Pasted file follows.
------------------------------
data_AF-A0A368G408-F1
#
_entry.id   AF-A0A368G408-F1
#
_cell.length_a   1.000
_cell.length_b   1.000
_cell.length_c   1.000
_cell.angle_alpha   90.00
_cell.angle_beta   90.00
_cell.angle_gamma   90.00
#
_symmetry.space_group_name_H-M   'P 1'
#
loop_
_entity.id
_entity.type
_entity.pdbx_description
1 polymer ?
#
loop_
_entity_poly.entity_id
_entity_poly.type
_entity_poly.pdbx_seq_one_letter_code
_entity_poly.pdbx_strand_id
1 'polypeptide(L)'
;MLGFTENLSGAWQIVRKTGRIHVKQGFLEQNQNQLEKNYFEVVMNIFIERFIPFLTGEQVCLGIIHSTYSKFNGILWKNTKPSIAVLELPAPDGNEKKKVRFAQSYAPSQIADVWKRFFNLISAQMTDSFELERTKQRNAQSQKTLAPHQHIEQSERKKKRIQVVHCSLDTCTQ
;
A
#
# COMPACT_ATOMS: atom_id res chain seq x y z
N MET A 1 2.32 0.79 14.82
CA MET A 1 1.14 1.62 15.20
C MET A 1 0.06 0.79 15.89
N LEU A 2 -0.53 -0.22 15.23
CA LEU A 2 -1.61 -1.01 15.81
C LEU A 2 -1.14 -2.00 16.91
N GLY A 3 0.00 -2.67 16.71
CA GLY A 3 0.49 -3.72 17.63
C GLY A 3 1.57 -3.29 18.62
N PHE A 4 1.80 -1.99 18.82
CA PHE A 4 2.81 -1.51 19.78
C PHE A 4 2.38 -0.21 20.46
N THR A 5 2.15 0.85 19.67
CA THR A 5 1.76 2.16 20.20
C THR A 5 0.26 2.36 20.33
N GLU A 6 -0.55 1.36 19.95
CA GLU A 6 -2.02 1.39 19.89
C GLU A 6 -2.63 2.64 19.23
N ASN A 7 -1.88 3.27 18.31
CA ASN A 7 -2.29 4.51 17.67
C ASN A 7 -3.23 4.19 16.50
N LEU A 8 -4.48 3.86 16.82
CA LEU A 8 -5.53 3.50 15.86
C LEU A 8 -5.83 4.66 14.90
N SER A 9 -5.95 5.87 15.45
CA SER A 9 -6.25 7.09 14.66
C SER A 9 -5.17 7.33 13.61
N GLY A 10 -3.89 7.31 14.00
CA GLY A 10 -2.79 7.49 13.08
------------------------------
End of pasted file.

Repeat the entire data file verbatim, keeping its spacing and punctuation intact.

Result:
data_AF-A0A368G408-F1
#
_entry.id   AF-A0A368G408-F1
#
_cell.length_a   1.000
_cell.length_b   1.000
_cell.length_c   1.000
_cell.angle_alpha   90.00
_cell.angle_beta   90.00
_cell.angle_gamma   90.00
#
_symmetry.space_group_name_H-M   'P 1'
#
loop_
_entity.id
_entity.type
_entity.pdbx_description
1 polymer ?
#
loop_
_entity_poly.entity_id
_entity_poly.type
_entity_poly.pdbx_seq_one_letter_code
_entity_poly.pdbx_strand_id
1 'polypeptide(L)'
;MLGFTENLSGAWQIVRKTGRIHVKQGFLEQNQNQLEKNYFEVVMNIFIERFIPFLTGEQVCLGIIHSTYSKFNGILWKNTKPSIAVLELPAPDGNEKKKVRFAQSYAPSQIADVWKRFFNLISAQMTDSFELERTKQRNAQSQKTLAPHQHIEQSERKKKRIQVVHCSLDTCTQ
;
A
#
# COMPACT_ATOMS: atom_id res chain seq x y z
N MET A 1 2.32 0.79 14.82
CA MET A 1 1.14 1.62 15.20
C MET A 1 0.06 0.79 15.89
N LEU A 2 -0.53 -0.22 15.23
CA LEU A 2 -1.61 -1.01 15.81
C LEU A 2 -1.14 -2.00 16.91
N GLY A 3 0.00 -2.67 16.71
CA GLY A 3 0.49 -3.72 17.63
C GLY A 3 1.57 -3.29 18.62
N PHE A 4 1.80 -1.99 18.82
CA PHE A 4 2.81 -1.51 19.78
C PHE A 4 2.38 -0.21 20.46
N THR A 5 2.15 0.85 19.67
CA THR A 5 1.76 2.16 20.20
C THR A 5 0.26 2.36 20.33
N GLU A 6 -0.55 1.36 19.95
CA GLU A 6 -2.02 1.39 19.89
C GLU A 6 -2.63 2.64 19.23
N ASN A 7 -1.88 3.27 18.31
CA ASN A 7 -2.29 4.51 17.67
C ASN A 7 -3.23 4.19 16.50
N LEU A 8 -4.48 3.86 16.82
CA LEU A 8 -5.53 3.50 15.86
C LEU A 8 -5.83 4.66 14.90
N SER A 9 -5.95 5.87 15.45
CA SER A 9 -6.25 7.09 14.66
C SER A 9 -5.17 7.33 13.61
N GLY A 10 -3.89 7.31 14.00
CA GLY A 10 -2.79 7.49 13.08